Air Pollution and Health Effects

National health standards have been set for six pollutants:

carbon monoxide, sulphur dioxide, nitrogen dioxide, ozone, particulates, & lead.

POLLUTANTS HEALTH  EFFECTS SOURCES
Carbon Monoxide Weakens heart contractions and lowers the amount of oxygen carried by the blood.  Reduces the ability to exercise and is dangerous for people with chronic heart disease.  Causes nausea, dizziness, and headaches.  When concentrated, causes death. Primarily from motor vehicles, but also from incomplete burning of any fuel.
Sulphur Dioxide Aggravates existing lung diseases, especially bronchitis.  Constricts breathing passages in asthmatic people and people doing moderate to heavy exercise.  Causes wheezing, shortness of breath, and coughing.  High levels of particulates appear to worsen the effect of sulphur dioxide.  Long-term exposure to both pollutants leads to higher rates of respiratory illness. Power plants, large industrial facilities, diesel vehicles, and oil-burning home heaters.
Nitrogen Dioxide Nose and throat irritation, especially in people with asthma.  Increases susceptibility to respiratory infections.  Combines with volatile organic compounds (VOCs) to form ozone. Power plants, large industrial facilities, and motor vehicles.
Ozone Irritates lungs and breathing passages, causing chest pain, sore throats and coughing.  Increases susceptibility to respiratory infections and reduces the ability to exercise.  Effects are more severe in people with asthma and other respiratory ailments.  Long-term exposure leads to scarring of lung tissue and lowered lung efficiency. Forms in the air from other pollutants -- volatile organic compounds (VOCs) and nitrogen oxides.  Ozone does not come directly from tailpipes or smokestacks, but forms when sunlight interacts with exhaust hydrocarbons and nitrogen oxides.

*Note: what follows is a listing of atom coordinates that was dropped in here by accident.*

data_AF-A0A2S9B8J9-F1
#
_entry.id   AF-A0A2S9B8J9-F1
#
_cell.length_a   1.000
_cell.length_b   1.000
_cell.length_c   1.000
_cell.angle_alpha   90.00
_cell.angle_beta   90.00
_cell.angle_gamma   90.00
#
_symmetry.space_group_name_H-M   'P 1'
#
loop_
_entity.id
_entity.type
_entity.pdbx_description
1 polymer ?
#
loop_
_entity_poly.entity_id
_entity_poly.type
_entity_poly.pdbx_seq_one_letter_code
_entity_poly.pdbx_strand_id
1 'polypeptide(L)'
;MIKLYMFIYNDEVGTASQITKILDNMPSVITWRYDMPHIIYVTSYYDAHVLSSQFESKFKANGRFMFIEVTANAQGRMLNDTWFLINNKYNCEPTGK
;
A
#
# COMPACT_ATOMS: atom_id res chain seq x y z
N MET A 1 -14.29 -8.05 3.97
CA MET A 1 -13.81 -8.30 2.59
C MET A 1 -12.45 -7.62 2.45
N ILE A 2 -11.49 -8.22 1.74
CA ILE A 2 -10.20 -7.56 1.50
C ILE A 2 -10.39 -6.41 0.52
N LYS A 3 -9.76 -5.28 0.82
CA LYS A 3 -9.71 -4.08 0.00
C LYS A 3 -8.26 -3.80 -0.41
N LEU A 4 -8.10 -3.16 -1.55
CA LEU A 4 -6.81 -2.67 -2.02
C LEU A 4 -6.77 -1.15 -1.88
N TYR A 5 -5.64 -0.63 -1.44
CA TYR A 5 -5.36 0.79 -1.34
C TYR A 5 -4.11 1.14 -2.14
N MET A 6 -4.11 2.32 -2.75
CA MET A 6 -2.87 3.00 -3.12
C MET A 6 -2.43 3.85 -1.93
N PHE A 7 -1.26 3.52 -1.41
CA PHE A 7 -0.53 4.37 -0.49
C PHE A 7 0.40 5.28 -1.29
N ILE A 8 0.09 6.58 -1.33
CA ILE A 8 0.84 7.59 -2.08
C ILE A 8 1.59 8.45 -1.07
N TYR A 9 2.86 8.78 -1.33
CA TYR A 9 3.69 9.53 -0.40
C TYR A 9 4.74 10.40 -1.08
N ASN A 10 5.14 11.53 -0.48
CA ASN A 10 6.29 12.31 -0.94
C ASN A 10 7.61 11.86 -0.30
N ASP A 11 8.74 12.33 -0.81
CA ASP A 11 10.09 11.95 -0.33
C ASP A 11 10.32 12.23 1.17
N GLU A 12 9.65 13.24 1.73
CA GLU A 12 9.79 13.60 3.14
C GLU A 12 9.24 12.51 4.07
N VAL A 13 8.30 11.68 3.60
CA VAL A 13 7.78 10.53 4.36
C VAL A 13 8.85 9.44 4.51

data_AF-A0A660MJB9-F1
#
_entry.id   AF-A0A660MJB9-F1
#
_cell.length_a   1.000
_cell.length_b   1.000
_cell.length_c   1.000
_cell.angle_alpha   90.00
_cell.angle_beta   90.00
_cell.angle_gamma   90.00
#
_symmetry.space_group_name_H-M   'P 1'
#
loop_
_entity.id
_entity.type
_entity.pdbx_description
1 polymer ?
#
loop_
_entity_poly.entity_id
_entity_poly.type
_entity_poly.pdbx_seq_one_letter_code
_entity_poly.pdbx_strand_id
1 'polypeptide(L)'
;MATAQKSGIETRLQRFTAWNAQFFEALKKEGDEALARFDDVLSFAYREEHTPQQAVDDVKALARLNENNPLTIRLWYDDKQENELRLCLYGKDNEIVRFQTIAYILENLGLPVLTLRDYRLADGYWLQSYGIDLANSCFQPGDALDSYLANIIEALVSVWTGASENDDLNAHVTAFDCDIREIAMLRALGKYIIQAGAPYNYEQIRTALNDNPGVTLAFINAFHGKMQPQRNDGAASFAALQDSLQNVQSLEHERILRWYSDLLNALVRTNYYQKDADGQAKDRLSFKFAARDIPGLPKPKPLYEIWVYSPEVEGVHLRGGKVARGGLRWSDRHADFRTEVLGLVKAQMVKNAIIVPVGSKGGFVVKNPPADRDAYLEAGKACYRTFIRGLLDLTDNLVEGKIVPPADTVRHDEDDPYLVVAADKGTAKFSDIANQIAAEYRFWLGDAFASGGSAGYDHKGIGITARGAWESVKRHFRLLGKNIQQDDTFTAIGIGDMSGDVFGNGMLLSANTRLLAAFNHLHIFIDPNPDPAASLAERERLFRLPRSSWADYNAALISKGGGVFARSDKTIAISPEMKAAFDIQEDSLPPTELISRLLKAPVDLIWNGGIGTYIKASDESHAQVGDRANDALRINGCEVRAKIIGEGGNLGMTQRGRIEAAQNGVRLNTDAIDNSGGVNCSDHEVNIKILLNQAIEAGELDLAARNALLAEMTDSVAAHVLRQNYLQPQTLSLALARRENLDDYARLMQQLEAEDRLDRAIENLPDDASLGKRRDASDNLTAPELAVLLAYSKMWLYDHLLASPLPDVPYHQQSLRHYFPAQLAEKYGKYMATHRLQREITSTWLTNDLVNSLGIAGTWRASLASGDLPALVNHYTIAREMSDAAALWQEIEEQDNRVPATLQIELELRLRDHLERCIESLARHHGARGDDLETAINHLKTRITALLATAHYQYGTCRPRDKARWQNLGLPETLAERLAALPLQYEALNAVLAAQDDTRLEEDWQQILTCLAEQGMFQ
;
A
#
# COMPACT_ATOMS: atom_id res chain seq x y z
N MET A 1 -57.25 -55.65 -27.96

Particulates Aggravates existing heart and lung diseases, changes the body's defenses against inhaled materials, and damages lung tissue.  The elderly, children and those with chronic lung or heart disease are most sensitive.  Lung impairment can persist for 2-3 weeks after exposure to high levels of particulate matter.  Chemicals carried by particulates can also be toxic. Diesel cars, trucks and buses, power plants, industry and many other sources.
Lead Destroys the brain and nervous system. Some industrial facilities and from lead-based paint.

When air quality reaches unhealthful levels:

 Individuals with heart or respiratory ailments should stay indoors.
 Healthy individuals should reduce outdoor activities, such as jogging.

NOTE:  Ground-level ozone affects our health, but ozone also forms naturally in the upper atmosphere.  There, it keeps excess ultraviolet (UV) light from reaching the Earth and harming human health and the environment.  This "good" ozone layer is being destroyed by other pollutants like chlorofluorocarbons (CFCs) that leak out of air conditioners and refrigerators.

Ultraviolet Protection Safety Guide


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